Wednesday, August 29, 2007

Discovery Cracker sold to CT Summation

I wonder if Don Imus had anything to do with naming that product...?

Wednesday, August 22, 2007

Sub Prime Carnage Continues with Lehman Bros.

I hope that, in all of the layoffs taking place, Lehman doesn't can all of the IT folks...

Tuesday, August 21, 2007

E-Everything... Meet eWorld!

Long time readers know that this blog was intended to be more than just an insomnia curing repository for discussions of sec. 541 of the Bankruptcy Code in the digital era. Those same long time readers (thanks Mom!) also should have figured out by now that music is a big part of the forces motivating yours truly. To that end, E-Everything was placed to see the announcement of the formation of eWorld Properties and eWorld Entertainment, with Russ Regan being the first named to the Board of Advisors for the enterprise. Thanks to the forward thinking and creativity of Russ Regan, and other like-minded individuals, it is now possible for me to obtain a CD quality copy of a Black Crowes concert just minutes after the final encore. One offshoot of this new venture is the Boomerang Media Station, detailed in the story below.

Now if I can just avoid getting sued for using the phrase E-Everything...

Sunday, August 19, 2007

Blue Light Special in the Boot and Nuke Department - Part 2

When last we visited our friends at KMart, we reviewed the procedural background and also had a go at the digital enterprise.

Time Line #2
During the 2003 audit of Global's books by KMart, Debtor's management knew that Global was less than happy that KMart had apparently started contacting Global's subs, the very thing KMart was asked not to do. Quoting from the opinion:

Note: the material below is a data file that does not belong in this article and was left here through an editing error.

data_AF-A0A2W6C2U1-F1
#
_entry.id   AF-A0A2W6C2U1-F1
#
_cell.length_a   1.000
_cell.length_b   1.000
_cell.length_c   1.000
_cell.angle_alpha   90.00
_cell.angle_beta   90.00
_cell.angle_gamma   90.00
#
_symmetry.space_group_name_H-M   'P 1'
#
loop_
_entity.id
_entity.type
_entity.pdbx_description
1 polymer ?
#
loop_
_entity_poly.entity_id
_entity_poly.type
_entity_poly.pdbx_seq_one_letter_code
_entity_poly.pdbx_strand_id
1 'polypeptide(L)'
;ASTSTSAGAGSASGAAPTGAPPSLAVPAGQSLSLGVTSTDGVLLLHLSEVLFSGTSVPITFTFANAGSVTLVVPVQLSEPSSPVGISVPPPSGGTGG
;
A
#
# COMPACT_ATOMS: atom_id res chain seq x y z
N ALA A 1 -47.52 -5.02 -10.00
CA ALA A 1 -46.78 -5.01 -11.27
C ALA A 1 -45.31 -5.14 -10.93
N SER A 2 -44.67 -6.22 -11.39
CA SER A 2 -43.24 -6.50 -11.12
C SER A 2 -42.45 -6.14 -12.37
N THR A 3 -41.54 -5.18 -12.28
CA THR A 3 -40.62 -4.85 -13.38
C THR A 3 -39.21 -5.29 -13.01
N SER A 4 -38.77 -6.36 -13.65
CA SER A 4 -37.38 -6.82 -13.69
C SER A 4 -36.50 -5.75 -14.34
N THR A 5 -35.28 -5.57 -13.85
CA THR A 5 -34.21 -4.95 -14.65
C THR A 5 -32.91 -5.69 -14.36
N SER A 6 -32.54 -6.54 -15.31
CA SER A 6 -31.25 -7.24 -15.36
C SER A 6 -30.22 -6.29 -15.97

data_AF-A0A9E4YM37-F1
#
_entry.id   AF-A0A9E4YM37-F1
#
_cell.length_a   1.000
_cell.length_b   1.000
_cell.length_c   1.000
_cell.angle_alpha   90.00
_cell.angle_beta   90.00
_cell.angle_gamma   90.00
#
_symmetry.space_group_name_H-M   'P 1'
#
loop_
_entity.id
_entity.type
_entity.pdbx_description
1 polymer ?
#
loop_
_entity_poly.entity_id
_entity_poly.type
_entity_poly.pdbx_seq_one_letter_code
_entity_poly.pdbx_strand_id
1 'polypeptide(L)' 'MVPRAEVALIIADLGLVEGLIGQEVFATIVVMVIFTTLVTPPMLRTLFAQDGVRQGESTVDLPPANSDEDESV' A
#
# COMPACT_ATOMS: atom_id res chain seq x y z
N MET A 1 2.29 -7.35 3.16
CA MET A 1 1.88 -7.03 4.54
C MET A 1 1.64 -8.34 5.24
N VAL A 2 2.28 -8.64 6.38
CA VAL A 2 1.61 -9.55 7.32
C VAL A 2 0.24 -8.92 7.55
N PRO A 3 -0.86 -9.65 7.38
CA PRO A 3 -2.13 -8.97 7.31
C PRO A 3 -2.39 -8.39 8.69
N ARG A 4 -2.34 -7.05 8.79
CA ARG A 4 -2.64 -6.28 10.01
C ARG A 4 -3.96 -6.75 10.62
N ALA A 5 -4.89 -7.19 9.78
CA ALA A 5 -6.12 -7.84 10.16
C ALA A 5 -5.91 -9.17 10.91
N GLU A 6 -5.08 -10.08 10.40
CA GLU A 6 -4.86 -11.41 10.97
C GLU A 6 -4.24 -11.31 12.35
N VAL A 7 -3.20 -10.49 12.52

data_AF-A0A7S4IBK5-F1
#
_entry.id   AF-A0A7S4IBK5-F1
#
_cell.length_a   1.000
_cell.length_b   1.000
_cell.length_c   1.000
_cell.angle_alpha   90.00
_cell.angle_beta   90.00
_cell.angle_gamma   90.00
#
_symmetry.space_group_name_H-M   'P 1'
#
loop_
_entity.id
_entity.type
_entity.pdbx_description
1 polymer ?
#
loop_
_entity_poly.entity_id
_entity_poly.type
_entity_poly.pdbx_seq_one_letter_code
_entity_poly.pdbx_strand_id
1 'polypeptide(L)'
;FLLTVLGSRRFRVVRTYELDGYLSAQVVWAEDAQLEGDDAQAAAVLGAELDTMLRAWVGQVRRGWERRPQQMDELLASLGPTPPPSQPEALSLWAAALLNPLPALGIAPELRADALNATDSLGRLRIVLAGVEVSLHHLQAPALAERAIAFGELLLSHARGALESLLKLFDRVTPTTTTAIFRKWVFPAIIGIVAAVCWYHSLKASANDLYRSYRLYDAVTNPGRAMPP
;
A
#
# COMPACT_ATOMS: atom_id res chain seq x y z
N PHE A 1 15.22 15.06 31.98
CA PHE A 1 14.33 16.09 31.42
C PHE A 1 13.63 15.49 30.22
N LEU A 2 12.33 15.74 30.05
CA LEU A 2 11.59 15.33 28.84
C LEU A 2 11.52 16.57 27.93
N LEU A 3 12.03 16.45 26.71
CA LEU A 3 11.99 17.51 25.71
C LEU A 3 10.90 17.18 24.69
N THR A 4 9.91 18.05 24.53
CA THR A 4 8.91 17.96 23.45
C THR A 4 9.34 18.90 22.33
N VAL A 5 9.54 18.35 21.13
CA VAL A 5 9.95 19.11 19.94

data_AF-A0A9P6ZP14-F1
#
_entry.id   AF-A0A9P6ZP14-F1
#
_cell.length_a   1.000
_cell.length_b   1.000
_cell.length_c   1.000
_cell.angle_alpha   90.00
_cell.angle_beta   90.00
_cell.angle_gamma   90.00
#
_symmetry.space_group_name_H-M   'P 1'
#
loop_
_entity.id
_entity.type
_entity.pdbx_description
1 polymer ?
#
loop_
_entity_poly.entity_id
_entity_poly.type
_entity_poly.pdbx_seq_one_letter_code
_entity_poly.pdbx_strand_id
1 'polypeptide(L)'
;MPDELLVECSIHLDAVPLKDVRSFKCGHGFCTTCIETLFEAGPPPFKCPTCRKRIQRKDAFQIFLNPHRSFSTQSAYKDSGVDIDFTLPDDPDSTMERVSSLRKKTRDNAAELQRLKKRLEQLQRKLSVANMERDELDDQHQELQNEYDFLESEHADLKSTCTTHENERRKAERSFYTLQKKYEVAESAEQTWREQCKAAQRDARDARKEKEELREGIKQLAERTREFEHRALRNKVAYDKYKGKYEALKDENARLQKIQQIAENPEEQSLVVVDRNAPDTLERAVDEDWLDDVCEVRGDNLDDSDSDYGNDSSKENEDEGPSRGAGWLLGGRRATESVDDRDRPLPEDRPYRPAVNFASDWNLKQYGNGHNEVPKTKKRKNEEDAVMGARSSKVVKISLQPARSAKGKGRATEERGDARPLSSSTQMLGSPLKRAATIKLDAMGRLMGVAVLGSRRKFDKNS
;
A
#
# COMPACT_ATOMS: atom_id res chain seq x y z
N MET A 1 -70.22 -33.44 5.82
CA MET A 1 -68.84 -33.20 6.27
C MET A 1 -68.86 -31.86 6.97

"Global is seeing the writing on the wall and realizing that their business with KMart is slipping away.
The only thing we have to be careful of is not using their sub contractors. As the business melts away on them I am certain they will take legal action."
The court, without citing any authority other than KMart's proposed conclusions, stated that "it would be impractical and illogical to hold that the claim filing date triggers a preservation duty." The court decided that the Debtor's obligation to preserve ESI arose sometime after June 19, 2003. As was also absent in the Krause opinion from a Kansas bankruptcy court, the Court did not consider sec. 521 of the Bankruptcy Code, nor did the Court appear to consider any of the elevated standards or duties of a debtor-in-possession. (While your gonna have to wait for the book to see the full analysis, remember that you heard it here first. This type of conclusion ultimately is harmful to creditors, and to the bankruptcy system in general...).
The testimony before the Court indicated that KMart in-house senior counsel was responsible for "helping to resolve outstanding bankruptcy claims..." which included attending to KMart's response to the February 2005 discovery requests. For the first of many bites at the discovery apple, the response was apparently left in the hands of a contract attorney. [ISSUE 9]

It was the contract attorney whose efforts, it appears, led to the initial production of just 66 pages of documents in response to the discovery requests. From the court's opinion, it seems that no one really knows who the contract attorney talked to, or what the contract attorney did, in terms of locating responsive ESI.
When Global appropriately started it's slow burn over the initial production, in-house counsel apparently started spending some summer fun time towards the ESI. According to the testimony, in-house counsel apparently provided no guidance to individual employees as to where they should look within the company's digital enterprise for responsive ESI, because "I don't know where any individual employee would keep their specific information." In-house also testified having no recollection as to telling employees not to delete ESI, nor could In-house recall tee-ing up a litigation hold as to the Global claims.
Finally, in the fall of 2005, In-house involves the IT department in the search for responsive ESI, although the results of that involvement were not reviewed by KMart lawyers until February of 2006 (a full year after the initial request) and were not produced to Global until March 2006 when Global filed its spoliation motion.